Bagasse is an underutilized agro-industrial residue with great potential as raw material for the production of cellulose nanofibrils (CNF) for a range of applications. In this study, we have assessed the suitability of bagasse for production of CNF for three-dimensional (3D) printing. First, pulp fibers were obtained from the bagasse raw material using two fractionation methods, i.e. soda and hydrothermal treatment combined with soda. Second, the pulp fibers were pretreated by TEMPO-mediated oxidation using two levels of oxidation for comparison purposes. Finally, the CNF were characterized in detail and assessed as inks for 3D printing. The results show that CNF produced from fibers obtained by hydrothermal and soda pulping were less nanofibrillated than the corresponding material produced by soda pulping. However, the CNF sample obtained from soda pulp was cytotoxic, apparently due to a larger content of silica particles. All the CNF materials were 3D printable. We conclude that the noncytotoxic CNF produced from hydrothermally and soda treated pulp can potentially be used as inks for 3D printing of biomedical devices. 

  • 17.
    Courtade, Gaston
    et al.
    NTNU Norwegian University of Science and Technology, Norway.
    Forsberg, Zarah
    NMBU Norwegian University of Life Sciences, Norway.
    Heggset, Ellinor B
    RISE - Research Institutes of Sweden, Bioeconomy, PFI.
    Eijsink, Vincent G H
    NMBU Norwegian University of Life Sciences, Norway.
    Aachmann, Finn L
    NTNU Norwegian University of Science and Technology, Norway.
    The carbohydrate-binding module and linker of a modular lytic polysaccharide monooxygenase promote localized cellulose oxidation2018In: Journal of Biological Chemistry, ISSN 0021-9258, E-ISSN 1083-351X, Vol. 293, no 34, p. 13006-13015Article in journal (Refereed)
    Abstract [en]

    Lytic polysaccharide monooxygenases (LPMOs) are copper-dependent enzymes that catalyze the oxidative cleavage of polysaccharides such as cellulose and chitin, a feature that makes them key tools in industrial biomass conversion processes. The catalytic domains of a considerable fraction of LPMOs and other carbohydrate-active enzymes (CAZymes) are tethered to carbohydrate-binding modules (CBMs) by flexible linkers. These linkers preclude X-ray crystallographic studies, and the functional implications of these modular assemblies remain partly unknown. Here, we used NMR spectroscopy to characterize structural and dynamic features of full-length modular ScLPMO10C from Streptomyces coelicolor We observed that the linker is disordered and extended, creating distance between the CBM and the catalytic domain and allowing these domains to move independently of each other. Functional studies with cellulose nanofibrils revealed that most of the substrate-binding affinity of full-length ScLPMO10C resides in the CBM. Comparison of the catalytic performance of full-length ScLPMO10C and its isolated catalytic domain revealed that the CBM is beneficial for LPMO activity at lower substrate concentrations and promotes localized and repeated oxidation of the substrate. Taken together, these results provide a mechanistic basis for understanding the interplay between catalytic domains linked to CBMs in LPMOs and CAZymes in general.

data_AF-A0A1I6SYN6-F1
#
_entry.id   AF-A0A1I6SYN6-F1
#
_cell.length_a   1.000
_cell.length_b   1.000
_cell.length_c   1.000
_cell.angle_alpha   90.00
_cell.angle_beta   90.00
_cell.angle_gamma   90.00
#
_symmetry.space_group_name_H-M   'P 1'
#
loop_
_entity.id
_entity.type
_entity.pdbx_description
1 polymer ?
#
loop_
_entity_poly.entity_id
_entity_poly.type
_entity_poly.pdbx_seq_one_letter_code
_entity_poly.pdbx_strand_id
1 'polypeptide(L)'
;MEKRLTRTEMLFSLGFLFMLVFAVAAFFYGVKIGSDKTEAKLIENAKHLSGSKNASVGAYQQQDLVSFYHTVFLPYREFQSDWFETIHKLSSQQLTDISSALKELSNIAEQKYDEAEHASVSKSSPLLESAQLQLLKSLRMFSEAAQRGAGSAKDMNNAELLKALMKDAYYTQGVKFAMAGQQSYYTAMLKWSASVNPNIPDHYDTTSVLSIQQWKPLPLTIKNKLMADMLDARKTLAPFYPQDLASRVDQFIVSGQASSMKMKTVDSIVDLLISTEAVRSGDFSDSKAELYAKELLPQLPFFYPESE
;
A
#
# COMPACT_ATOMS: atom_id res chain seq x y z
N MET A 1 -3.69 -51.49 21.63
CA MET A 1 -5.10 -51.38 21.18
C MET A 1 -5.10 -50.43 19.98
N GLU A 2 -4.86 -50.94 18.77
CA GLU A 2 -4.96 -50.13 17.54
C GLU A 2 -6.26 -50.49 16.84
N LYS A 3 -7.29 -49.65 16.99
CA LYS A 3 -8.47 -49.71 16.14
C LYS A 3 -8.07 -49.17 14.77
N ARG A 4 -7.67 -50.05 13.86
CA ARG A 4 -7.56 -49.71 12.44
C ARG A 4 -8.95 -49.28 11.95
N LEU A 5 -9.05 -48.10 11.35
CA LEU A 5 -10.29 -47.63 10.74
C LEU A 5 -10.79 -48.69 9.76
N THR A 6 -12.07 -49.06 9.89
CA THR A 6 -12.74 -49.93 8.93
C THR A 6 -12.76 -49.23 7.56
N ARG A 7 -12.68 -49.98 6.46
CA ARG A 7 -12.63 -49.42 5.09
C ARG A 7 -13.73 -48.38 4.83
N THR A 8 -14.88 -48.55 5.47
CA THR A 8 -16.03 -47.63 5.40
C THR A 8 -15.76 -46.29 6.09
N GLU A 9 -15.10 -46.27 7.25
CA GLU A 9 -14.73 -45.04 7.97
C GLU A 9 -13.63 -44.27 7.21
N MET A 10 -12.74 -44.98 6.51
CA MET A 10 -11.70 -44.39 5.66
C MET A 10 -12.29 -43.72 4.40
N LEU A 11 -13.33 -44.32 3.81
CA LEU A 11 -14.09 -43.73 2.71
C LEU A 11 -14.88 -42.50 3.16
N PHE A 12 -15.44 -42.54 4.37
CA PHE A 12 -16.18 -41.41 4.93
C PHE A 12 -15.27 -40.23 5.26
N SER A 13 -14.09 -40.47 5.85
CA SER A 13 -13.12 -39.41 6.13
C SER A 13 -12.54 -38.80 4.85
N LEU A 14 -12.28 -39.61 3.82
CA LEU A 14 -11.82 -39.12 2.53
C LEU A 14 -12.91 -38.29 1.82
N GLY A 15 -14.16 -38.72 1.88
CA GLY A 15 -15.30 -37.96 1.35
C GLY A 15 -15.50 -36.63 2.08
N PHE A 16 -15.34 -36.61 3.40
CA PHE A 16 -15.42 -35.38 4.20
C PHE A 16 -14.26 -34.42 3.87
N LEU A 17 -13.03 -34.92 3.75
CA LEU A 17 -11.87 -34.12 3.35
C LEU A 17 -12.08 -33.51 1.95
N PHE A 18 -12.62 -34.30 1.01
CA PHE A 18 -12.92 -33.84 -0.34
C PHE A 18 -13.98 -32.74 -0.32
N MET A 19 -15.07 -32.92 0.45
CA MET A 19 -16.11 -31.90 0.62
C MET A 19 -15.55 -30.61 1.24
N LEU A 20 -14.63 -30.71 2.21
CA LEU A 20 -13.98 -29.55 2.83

• 18.
    Espinosa, Eduardo
    et al.
    Universidad de Cordoba, Spain.
    Filgueira, Daniel
    RISE - Research Institutes of Sweden, Bioeconomy, PFI.
    Rodríguez, Alejandro
    Universidad de Cordoba, Spain.
    Chinga-Carrasco, Gary
    RISE - Research Institutes of Sweden, Bioeconomy, PFI.
    Nanocellulose-Based Inks-Effect of Alginate Content on the Water Absorption of 3D Printed Constructs.2019In: Bioengineering (Basel, Switzerland), ISSN 2306-5354, Vol. 6, no 3, article id E65Article in journal (Refereed)
    Abstract [en]